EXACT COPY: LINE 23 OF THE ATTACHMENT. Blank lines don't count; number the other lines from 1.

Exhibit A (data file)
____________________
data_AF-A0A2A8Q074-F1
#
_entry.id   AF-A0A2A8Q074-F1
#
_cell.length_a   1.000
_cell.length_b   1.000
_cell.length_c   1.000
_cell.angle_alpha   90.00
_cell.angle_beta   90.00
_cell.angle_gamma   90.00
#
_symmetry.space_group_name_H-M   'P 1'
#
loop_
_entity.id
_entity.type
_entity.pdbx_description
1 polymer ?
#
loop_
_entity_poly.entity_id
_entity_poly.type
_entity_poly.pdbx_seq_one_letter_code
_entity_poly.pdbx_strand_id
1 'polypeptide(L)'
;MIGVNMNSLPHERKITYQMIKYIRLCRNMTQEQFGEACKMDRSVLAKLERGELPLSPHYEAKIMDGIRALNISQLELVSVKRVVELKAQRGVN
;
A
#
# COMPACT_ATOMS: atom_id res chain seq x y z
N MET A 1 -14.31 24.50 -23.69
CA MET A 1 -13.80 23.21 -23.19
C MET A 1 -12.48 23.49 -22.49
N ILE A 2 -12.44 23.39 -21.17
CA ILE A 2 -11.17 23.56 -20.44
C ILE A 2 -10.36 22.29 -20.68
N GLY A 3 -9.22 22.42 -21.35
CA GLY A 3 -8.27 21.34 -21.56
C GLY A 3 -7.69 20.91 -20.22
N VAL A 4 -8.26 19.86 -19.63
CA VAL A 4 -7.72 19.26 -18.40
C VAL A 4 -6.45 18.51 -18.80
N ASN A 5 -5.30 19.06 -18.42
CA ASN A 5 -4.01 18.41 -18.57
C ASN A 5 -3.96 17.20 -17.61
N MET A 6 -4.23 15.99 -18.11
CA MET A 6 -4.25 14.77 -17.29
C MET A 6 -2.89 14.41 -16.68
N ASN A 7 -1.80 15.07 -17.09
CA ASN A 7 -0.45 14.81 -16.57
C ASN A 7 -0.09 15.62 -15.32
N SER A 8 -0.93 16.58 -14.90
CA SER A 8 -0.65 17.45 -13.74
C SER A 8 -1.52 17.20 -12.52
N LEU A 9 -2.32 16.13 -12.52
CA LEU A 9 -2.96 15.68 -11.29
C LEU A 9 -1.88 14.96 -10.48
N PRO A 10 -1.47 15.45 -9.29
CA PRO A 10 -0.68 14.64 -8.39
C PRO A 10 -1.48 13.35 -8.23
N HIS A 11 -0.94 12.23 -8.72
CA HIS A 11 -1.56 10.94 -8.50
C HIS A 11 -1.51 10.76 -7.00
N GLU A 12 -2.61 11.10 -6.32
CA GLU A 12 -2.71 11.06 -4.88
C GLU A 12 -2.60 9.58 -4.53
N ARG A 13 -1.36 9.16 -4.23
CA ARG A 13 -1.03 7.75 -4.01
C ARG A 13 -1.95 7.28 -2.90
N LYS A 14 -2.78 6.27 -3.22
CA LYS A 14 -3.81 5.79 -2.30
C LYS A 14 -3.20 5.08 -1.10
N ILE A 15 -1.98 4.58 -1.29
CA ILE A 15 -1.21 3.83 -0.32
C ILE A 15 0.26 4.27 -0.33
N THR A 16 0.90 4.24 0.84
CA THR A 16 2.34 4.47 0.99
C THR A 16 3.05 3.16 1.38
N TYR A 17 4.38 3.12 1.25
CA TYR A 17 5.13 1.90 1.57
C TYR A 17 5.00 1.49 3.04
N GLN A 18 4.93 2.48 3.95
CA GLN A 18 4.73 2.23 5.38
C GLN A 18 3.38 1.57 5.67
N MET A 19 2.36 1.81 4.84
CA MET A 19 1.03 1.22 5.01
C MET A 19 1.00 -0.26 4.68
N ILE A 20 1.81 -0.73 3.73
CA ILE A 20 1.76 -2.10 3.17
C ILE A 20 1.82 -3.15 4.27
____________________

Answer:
_entity_poly.pdbx_seq_one_letter_code